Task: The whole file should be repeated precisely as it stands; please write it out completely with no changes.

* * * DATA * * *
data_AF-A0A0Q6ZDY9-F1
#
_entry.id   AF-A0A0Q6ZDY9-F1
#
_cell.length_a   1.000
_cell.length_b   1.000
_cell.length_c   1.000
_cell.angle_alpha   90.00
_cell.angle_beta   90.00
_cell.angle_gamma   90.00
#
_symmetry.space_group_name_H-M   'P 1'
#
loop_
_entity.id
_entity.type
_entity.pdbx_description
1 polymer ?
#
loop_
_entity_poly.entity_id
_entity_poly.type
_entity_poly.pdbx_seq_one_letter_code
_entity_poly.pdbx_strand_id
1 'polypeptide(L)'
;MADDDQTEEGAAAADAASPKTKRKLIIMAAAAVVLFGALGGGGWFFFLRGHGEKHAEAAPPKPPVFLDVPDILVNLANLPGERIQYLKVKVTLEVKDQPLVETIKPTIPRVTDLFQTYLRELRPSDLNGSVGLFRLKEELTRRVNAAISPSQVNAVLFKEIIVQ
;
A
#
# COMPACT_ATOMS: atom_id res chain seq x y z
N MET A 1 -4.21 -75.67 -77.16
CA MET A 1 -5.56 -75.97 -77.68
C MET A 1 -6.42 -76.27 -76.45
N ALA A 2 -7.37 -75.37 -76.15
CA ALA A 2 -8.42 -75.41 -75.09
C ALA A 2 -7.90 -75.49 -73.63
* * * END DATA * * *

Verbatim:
data_AF-A0A0Q6ZDY9-F1
#
_entry.id   AF-A0A0Q6ZDY9-F1
#
_cell.length_a   1.000
_cell.length_b   1.000
_cell.length_c   1.000
_cell.angle_alpha   90.00
_cell.angle_beta   90.00
_cell.angle_gamma   90.00
#
_symmetry.space_group_name_H-M   'P 1'
#
loop_
_entity.id
_entity.type
_entity.pdbx_description
1 polymer ?
#
loop_
_entity_poly.entity_id
_entity_poly.type
_entity_poly.pdbx_seq_one_letter_code
_entity_poly.pdbx_strand_id
1 'polypeptide(L)'
;MADDDQTEEGAAAADAASPKTKRKLIIMAAAAVVLFGALGGGGWFFFLRGHGEKHAEAAPPKPPVFLDVPDILVNLANLPGERIQYLKVKVTLEVKDQPLVETIKPTIPRVTDLFQTYLRELRPSDLNGSVGLFRLKEELTRRVNAAISPSQVNAVLFKEIIVQ
;
A
#
# COMPACT_ATOMS: atom_id res chain seq x y z
N MET A 1 -4.21 -75.67 -77.16
CA MET A 1 -5.56 -75.97 -77.68
C MET A 1 -6.42 -76.27 -76.45
N ALA A 2 -7.37 -75.37 -76.15
CA ALA A 2 -8.42 -75.41 -75.09
C ALA A 2 -7.90 -75.49 -73.63